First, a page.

A woman is treated for heat exhaustion as supporters lined up for a Trump town hall in Phoenix, Arizona, on June 6.
Jim Watson / AFP via Getty
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AFP via Getty
A woman is treated for heat exhaustion as supporters lined up for a Trump town hall in Phoenix, Arizona, on June 6.

Conservatives prepare for a second Trump term

Since Trump left office in 2021, conservative activists have worked to create a political apparatus for his return to the White House.

The idea behind Project 2025 and similar initiatives is to “gear up and be prepared, both in terms of personnel but also policy vision,” says Quill Robinson, an associate fellow at the Center for Strategic and International Studies, a bipartisan think tank, and a senior advisor at a conservative environmental group called ConservAmerica.

Project 2025 is a nearly 1,000-page document that calls for remaking nearly the entire federal government, with a central goal of expanding presidential power. From abolishing the Education Department to overhauling the Justice Department to limit its independence, the plan represents a sweeping effort “to rescue the country from the grip of the radical Left.”

Although it’s garnered the most attention, Project 2025 is one of several conservative policy proposals Trump is expected to choose from if he’s reelected.

The plan minimizes threats from global warming, and its policy proposals are designed to bring about a “whole-of-government unwinding” of the Biden administration’s climate strategy.

“The people who put that [plan] together believe that America has given up its energy dominance, brought about primarily by hydrocarbons, fossil fuels,” says Brigham McCown, director of the Initiative on American Energy Security at the Hudson Institute, a conservative think tank. “And so they want to see a return to that.”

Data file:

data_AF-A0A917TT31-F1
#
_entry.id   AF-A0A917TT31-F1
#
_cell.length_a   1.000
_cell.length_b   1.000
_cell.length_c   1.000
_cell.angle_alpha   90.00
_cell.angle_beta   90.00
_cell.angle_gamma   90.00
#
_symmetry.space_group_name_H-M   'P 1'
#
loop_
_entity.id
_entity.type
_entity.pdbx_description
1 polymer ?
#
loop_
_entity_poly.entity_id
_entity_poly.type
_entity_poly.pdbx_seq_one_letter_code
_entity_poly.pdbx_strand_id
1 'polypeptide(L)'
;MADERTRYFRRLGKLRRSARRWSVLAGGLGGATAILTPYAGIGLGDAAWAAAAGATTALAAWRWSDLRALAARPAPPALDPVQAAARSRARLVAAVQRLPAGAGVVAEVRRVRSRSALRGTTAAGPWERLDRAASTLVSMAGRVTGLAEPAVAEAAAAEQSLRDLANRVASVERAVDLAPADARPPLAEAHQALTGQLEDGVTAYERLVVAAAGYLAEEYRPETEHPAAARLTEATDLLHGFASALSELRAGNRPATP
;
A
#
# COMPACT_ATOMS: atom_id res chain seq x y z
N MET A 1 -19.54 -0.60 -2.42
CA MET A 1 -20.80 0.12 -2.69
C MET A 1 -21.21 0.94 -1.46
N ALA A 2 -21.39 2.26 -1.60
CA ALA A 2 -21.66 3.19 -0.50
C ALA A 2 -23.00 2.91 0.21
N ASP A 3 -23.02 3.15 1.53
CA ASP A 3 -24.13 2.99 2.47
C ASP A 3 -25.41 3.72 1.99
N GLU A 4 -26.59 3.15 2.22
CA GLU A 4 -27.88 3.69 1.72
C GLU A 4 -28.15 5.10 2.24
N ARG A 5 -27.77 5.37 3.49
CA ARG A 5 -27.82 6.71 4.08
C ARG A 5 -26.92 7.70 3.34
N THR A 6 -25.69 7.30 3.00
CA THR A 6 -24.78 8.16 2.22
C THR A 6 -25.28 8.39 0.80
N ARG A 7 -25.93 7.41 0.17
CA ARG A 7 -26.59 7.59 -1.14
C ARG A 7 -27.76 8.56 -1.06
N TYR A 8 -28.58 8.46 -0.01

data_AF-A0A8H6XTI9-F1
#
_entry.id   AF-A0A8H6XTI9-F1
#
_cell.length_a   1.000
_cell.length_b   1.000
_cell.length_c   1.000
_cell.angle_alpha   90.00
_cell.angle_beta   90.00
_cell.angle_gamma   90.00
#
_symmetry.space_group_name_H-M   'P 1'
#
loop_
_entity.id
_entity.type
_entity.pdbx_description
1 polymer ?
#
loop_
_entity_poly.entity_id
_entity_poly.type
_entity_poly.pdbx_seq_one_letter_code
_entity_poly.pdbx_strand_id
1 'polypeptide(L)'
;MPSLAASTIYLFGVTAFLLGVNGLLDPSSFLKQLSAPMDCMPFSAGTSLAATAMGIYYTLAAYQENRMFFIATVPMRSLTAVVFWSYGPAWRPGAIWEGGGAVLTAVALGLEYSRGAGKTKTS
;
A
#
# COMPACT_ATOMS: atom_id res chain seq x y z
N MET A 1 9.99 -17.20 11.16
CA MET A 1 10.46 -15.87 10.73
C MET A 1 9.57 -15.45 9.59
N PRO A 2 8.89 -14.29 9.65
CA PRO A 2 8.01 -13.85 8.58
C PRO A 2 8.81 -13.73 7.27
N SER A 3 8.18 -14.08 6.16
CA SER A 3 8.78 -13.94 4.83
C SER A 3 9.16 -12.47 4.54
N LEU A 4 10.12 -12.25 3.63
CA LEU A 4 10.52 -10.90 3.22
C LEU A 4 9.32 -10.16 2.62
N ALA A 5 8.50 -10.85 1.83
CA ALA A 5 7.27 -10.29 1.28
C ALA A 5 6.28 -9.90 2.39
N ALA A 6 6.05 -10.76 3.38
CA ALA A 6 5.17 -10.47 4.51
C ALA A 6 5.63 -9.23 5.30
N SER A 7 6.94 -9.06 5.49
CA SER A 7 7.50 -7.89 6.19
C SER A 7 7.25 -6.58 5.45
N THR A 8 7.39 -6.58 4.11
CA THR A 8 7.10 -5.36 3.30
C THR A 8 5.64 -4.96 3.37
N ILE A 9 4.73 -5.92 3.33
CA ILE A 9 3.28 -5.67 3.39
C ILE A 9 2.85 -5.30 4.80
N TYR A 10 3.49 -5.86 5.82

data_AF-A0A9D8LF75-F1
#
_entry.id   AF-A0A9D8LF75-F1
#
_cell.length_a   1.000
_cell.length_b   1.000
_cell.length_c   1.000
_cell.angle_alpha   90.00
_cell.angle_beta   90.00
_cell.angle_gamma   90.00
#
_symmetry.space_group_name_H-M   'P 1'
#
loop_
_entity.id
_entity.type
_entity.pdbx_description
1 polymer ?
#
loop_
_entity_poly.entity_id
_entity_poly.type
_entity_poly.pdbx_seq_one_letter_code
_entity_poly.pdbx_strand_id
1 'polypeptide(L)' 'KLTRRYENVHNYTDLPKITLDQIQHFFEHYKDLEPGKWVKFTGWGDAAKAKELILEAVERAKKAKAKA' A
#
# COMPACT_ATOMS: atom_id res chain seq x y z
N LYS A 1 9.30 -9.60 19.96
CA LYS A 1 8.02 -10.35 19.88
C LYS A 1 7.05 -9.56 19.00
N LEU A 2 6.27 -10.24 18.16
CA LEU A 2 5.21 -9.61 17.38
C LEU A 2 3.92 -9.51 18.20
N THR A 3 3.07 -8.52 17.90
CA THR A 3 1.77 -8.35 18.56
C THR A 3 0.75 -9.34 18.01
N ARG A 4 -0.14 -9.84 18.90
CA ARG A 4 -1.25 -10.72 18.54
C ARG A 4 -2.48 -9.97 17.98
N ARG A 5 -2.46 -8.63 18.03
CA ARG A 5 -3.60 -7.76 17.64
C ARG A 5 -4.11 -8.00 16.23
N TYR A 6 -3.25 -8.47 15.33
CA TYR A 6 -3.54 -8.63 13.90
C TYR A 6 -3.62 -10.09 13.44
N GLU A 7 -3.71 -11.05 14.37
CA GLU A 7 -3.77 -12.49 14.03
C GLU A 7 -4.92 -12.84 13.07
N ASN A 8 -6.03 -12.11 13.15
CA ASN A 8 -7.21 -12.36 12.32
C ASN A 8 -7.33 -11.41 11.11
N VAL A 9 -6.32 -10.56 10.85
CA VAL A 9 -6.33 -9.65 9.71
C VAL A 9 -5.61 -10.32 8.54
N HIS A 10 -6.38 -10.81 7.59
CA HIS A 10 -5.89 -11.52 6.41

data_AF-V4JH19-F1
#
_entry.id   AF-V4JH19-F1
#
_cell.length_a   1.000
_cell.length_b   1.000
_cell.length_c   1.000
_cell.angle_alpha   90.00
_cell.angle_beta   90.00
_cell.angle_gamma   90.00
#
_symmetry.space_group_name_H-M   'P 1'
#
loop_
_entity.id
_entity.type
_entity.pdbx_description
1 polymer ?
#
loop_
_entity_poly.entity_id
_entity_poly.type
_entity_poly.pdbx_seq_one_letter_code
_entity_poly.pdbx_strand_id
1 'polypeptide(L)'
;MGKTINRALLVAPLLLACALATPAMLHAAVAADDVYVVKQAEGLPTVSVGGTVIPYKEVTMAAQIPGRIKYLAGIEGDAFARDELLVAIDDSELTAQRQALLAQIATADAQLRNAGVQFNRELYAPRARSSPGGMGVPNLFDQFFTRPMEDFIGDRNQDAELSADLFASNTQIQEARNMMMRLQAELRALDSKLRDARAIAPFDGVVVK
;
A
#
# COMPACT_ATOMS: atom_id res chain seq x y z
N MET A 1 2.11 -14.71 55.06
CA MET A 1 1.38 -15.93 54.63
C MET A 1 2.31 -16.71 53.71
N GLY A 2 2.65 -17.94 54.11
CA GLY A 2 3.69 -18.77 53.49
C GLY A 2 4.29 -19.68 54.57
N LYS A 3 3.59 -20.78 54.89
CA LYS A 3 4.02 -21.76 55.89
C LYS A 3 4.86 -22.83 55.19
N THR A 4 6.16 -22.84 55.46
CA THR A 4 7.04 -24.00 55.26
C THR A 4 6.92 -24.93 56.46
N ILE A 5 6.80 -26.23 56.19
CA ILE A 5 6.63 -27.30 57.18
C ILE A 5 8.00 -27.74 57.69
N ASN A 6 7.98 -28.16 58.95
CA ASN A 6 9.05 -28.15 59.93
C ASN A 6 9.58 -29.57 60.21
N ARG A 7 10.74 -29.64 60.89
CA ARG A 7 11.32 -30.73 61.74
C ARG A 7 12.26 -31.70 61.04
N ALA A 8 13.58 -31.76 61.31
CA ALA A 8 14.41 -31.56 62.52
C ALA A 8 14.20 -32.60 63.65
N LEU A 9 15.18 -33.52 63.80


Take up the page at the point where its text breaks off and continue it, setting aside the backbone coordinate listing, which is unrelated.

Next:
Despite Biden’s focus on limiting climate change, the U.S. has produced and exported a record amount of oil under his administration. Furchtgott-Roth of the Heritage Foundation says that with different policies, the country could produce even more.

Project 2025 says the next conservative administration needs to “stop the war on oil and natural gas” and support an “all of the above'' energy policy. The plan’s recommendations include:

  • Preventing federal regulators from considering the economic impact of carbon emissions;
  • Abolishing the Energy Department’s Office of Energy Efficiency and Renewable Energy and Loan Programs Office, which funds cutting-edge energy and manufacturing projects;
  • Eliminating energy efficiency standards for appliances;
  • Ending subsidies for electric vehicles;
  • Withdrawing the country from initiatives for sustainable food production;
  • And rescinding climate policies from foreign aid programs.


The plan also calls for repealing Biden’s signature climate initiatives: the Inflation Reduction Act and the Infrastructure Investment and Jobs Act. The laws signed by Biden put more than $500 billion toward climate action and are packed with funding for the manufacture and use of technologies that cut planet-heating emissions. They represent the biggest public investments in “clean energy and transportation” in U.S. history, according to analysts at the Rhodium Group, with the potential to cut the country’s greenhouse gas emissions by up to 42% by 2030 compared to 2005 levels.